Two or three years ago, we read press review of a book by a lady with a beautiful Ngoni name called Dambisa Moyo which denounced aid to Africa as having done more harm than good. Though I have read extracts from Moyoâ€™s book, I have not read the book itself. One day I hope to.
Now in the bookshops there has appeared a book with the same message by Jonathan Glennie titled â€˜The Trouble with Aidâ€™ why less aid could mean more for Africa.
Sceptism about the efficacy of aid to developing countries is not a new thing. One of the earliest opponents of development aid was professor Peter Bauer of the London School of Economics. Their theses are sometimes so persuasive that the unwary could be easily converted to their philosophy. At the back of this book, we read: “Jonathan Glennie argues that along with its many benefits government aid to Africa has often meant more poverty, more hungry people, worse basic services and damage to already precarious democratic institutions.
Indeed as we proceed through the book we come across the authorâ€™s acknowledgement of the benefits that have accrued from Development Aid. But on balance, he thinks it is not more donorsâ€™ money that Africa needs, but non financial policies.
Most African countries got independence between 1957 and 1963. Some of these countries have been receiving development, technical and budgetary assistance for nearly 50 years. There is no evidence that they are about to be weaned from this sort of suckling.
Is it a shame for a country to seek financial assistance from other countries? From the economic histories of the developed countries, we learn that except for Britain they all received financial and technical assistance from other countries. Even Britain to a certain extent did receive aid from foreigners. Religious refugees from France Huguents are accredited with originating businesses that gave birth to the industrial revolution in England.
A country seeks aid from other countries in different circumstances and for different reasons. When it is engulfed in calamities such as earthquakes, droughts or pestilences, it seeks short term help. Recently, even rich countries such as USA and Japan have had to accept assistance when disasters occurred on their soils.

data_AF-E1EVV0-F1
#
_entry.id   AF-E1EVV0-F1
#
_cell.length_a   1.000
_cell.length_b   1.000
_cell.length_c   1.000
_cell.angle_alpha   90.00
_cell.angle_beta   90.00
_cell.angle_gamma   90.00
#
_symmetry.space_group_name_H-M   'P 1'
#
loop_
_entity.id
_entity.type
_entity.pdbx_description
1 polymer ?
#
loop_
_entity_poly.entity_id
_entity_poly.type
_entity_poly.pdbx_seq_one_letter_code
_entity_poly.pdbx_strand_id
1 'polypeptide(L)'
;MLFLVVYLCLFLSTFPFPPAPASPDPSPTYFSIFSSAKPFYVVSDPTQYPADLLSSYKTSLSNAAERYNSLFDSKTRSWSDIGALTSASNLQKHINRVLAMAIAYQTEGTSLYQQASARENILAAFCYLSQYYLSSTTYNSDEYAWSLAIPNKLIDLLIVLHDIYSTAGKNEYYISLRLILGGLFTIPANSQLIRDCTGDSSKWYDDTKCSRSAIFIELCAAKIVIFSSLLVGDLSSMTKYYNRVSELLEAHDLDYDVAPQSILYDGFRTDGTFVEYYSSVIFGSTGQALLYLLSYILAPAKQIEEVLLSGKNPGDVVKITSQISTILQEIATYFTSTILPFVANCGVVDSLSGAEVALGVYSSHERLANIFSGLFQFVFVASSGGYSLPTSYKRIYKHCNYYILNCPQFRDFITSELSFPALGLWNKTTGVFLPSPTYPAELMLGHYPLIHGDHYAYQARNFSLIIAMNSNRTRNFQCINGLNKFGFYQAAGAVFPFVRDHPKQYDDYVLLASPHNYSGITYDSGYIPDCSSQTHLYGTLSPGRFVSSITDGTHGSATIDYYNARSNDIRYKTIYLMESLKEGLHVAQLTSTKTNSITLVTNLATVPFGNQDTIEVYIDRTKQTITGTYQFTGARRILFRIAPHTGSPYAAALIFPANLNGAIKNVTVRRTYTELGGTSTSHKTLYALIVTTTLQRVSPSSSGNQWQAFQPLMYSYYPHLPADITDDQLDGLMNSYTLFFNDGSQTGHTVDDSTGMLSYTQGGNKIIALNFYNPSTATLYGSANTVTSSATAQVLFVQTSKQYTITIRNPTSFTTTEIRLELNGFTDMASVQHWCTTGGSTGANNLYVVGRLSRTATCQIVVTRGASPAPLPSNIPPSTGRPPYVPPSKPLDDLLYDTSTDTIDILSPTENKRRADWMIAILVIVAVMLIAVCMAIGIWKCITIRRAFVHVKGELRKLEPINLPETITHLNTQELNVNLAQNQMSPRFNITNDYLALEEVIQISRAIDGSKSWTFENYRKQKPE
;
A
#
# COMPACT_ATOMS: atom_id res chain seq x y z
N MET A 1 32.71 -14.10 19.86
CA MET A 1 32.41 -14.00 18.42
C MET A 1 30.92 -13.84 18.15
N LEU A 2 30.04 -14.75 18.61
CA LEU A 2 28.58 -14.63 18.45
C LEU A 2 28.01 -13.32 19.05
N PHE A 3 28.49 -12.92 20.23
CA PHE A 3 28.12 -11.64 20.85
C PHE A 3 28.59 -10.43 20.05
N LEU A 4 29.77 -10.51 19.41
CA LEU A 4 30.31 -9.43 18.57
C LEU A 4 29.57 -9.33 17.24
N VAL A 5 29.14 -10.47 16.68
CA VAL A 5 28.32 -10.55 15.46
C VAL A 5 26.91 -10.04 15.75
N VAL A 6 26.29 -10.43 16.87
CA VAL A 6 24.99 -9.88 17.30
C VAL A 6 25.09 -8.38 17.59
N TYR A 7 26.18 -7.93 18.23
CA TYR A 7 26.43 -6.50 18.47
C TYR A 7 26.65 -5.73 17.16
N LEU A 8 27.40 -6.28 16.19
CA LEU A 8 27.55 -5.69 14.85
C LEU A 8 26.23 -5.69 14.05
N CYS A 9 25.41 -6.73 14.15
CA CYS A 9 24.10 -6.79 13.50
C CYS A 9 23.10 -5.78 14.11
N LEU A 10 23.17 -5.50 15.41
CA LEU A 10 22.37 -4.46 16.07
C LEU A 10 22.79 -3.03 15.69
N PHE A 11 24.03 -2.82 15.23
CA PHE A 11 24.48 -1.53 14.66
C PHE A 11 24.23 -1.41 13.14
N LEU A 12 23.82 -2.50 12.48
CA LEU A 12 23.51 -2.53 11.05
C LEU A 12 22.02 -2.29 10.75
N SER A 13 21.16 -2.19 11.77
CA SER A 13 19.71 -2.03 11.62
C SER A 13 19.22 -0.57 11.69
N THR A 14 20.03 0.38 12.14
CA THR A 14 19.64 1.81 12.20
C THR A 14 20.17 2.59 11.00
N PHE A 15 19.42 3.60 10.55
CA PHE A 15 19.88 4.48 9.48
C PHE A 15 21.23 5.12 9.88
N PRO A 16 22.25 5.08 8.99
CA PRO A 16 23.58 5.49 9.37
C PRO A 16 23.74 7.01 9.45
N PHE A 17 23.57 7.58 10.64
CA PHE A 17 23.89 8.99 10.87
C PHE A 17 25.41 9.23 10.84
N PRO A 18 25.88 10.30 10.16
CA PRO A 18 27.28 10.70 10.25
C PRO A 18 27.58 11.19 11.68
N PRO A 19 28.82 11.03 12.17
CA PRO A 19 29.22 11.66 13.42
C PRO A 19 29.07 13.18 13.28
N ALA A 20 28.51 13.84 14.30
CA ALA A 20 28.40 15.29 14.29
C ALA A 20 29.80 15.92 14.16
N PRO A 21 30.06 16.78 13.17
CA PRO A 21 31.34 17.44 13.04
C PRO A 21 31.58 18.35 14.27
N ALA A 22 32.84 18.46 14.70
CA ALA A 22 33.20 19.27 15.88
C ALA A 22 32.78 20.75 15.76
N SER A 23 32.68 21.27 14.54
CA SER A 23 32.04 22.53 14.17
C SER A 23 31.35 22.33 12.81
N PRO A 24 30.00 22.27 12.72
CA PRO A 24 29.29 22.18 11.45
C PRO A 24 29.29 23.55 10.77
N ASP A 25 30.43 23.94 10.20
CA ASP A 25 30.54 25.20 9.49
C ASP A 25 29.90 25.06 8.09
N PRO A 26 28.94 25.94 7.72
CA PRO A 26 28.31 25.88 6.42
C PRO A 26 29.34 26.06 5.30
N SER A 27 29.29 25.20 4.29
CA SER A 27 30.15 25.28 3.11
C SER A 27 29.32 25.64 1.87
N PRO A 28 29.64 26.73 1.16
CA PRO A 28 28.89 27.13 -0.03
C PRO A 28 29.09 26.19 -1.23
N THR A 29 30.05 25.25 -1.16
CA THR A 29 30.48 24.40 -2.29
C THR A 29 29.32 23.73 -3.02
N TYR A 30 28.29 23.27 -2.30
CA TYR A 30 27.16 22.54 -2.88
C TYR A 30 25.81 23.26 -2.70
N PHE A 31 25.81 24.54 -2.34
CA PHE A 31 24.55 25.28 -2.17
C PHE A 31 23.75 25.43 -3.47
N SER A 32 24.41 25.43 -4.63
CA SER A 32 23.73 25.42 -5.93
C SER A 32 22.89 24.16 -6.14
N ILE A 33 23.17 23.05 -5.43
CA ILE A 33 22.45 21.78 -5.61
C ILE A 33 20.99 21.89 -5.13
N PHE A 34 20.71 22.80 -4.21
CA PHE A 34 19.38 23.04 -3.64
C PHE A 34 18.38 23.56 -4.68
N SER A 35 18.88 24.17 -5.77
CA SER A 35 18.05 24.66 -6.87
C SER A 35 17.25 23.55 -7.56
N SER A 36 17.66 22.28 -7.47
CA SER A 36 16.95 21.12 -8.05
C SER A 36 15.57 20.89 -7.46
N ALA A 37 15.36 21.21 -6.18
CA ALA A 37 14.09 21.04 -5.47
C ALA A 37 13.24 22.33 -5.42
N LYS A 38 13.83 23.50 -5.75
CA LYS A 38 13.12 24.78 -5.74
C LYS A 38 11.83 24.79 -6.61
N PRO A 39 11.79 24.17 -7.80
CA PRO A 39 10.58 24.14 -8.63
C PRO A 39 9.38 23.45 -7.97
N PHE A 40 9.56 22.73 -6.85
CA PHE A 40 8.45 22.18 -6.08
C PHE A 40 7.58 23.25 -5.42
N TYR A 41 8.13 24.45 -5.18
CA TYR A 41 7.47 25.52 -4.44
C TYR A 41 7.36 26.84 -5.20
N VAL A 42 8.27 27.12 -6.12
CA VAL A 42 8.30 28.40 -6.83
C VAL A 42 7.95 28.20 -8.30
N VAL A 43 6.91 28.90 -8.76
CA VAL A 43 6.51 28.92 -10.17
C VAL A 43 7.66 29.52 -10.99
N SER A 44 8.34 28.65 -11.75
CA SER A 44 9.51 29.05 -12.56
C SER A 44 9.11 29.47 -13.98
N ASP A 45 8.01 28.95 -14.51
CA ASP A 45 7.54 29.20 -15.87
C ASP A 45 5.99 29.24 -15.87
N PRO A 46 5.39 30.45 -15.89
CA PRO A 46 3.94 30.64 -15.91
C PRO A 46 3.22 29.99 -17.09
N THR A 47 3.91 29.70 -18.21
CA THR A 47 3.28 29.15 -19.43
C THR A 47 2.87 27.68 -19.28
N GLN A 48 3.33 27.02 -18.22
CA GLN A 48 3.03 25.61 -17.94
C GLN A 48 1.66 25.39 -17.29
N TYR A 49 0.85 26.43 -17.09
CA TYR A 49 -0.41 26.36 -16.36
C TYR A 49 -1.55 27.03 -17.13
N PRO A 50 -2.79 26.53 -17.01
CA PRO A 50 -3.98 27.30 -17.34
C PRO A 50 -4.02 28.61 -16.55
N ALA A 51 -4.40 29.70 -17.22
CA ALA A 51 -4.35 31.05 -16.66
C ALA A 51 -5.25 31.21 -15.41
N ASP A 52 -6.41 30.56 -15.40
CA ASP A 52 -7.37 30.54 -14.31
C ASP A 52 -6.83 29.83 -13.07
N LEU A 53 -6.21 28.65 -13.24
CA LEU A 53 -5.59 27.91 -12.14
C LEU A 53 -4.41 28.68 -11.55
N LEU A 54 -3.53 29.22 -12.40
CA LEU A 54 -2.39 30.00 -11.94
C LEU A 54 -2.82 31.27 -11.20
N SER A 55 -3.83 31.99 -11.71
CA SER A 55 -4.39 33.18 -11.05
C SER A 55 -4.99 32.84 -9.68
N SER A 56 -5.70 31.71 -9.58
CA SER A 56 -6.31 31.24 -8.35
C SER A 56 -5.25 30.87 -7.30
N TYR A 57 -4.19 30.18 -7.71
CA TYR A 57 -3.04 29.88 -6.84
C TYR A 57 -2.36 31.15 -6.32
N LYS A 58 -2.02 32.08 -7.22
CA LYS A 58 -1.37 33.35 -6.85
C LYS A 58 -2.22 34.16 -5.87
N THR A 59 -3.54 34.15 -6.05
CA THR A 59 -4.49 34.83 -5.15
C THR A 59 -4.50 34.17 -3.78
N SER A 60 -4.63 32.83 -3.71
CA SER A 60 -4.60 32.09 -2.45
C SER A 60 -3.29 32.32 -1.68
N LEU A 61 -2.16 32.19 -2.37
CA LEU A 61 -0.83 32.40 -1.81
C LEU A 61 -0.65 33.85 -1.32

The aid that African countries have been asking for and are still asking for is mostly for growth and development. To introduce new industries a country must import modern technology and equipment. When with its own foreign reserves, it is unable to import them, it either must borrow the necessary funds or ask for assistance from developed countries. Borrowing has landed some countries heavy debts while development aid has exposed them to conditionalities which have sometimes interfered with their sovereignty and sense of self-respect.
The conditionalities which the International Monetary Fund (IMF), the World Bank and the donors imposed in 1990â€™s on the basis of paradigms known as Washington Consensus, have at times brought more suffering than reliefs. This is now widely acknowledged.
Glennie gives examples of situations when an African government became more answerable to donors than its own people thereby stultifying the growth of democracy.
Attempting to do away with donor support is not as easy as some spokespersons of Democratic Progressive Party (DPP) government used to say when the zero-deficit budget (ZDB) was launched. Malawians who have over the years become dependent on donor support were not willing to rise to the challenges of the austerities and sacrifices that the ZDB entailed.
But the principle is right. You do not marry and start begetting children on the basis that other people will be clothing your wife and children as well as pay the childrenâ€™s fees. Other people can do this, but time comes when they get tired of you.
While we cannot clap hands when someone proposes that aid to Africa should be reduced overnight, we can see the necessity of African nations taking the first steps towards self-reliance in budgetary programmes, and some of the development projects Bingu wa Mutharikaâ€™s ZDB proved too burdensome because he was trying to wipe out the deficit in one year. The coalition government of Britain has taken measure to get rid of the budget deficit over a period of five years. This makes political sense.